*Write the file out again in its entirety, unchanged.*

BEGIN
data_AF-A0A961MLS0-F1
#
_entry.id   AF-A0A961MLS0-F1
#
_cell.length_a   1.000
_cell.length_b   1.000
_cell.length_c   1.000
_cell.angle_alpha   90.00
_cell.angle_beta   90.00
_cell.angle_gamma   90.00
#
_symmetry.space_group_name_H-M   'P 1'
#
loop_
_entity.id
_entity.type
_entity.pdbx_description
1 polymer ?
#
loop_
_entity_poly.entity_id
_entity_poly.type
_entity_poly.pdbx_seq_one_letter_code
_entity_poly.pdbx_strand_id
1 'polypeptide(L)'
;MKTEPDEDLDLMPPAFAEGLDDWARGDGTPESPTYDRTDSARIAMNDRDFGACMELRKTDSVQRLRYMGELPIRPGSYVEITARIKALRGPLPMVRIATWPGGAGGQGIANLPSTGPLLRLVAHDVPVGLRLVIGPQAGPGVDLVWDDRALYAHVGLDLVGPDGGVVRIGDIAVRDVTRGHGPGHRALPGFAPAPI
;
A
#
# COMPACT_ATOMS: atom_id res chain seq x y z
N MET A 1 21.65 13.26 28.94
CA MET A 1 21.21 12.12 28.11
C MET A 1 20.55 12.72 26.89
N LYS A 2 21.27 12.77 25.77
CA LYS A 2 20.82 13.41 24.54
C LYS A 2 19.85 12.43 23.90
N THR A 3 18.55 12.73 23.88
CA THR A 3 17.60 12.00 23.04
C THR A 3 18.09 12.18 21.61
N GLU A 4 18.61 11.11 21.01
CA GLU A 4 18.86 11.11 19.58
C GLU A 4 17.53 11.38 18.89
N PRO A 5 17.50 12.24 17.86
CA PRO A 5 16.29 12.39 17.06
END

data_AF-A0A961MLS0-F1
#
_entry.id   AF-A0A961MLS0-F1
#
_cell.length_a   1.000
_cell.length_b   1.000
_cell.length_c   1.000
_cell.angle_alpha   90.00
_cell.angle_beta   90.00
_cell.angle_gamma   90.00
#
_symmetry.space_group_name_H-M   'P 1'
#
loop_
_entity.id
_entity.type
_entity.pdbx_description
1 polymer ?
#
loop_
_entity_poly.entity_id
_entity_poly.type
_entity_poly.pdbx_seq_one_letter_code
_entity_poly.pdbx_strand_id
1 'polypeptide(L)'
;MKTEPDEDLDLMPPAFAEGLDDWARGDGTPESPTYDRTDSARIAMNDRDFGACMELRKTDSVQRLRYMGELPIRPGSYVEITARIKALRGPLPMVRIATWPGGAGGQGIANLPSTGPLLRLVAHDVPVGLRLVIGPQAGPGVDLVWDDRALYAHVGLDLVGPDGGVVRIGDIAVRDVTRGHGPGHRALPGFAPAPI
;
A
#
# COMPACT_ATOMS: atom_id res chain seq x y z
N MET A 1 21.65 13.26 28.94
CA MET A 1 21.21 12.12 28.11
C MET A 1 20.55 12.72 26.89
N LYS A 2 21.27 12.77 25.77
CA LYS A 2 20.82 13.41 24.54
C LYS A 2 19.85 12.43 23.90
N THR A 3 18.55 12.73 23.88
CA THR A 3 17.60 12.00 23.04
C THR A 3 18.09 12.18 21.61
N GLU A 4 18.61 11.11 21.01
CA GLU A 4 18.86 11.11 19.58
C GLU A 4 17.53 11.38 18.89
N PRO A 5 17.50 12.24 17.86
CA PRO A 5 16.29 12.39 17.06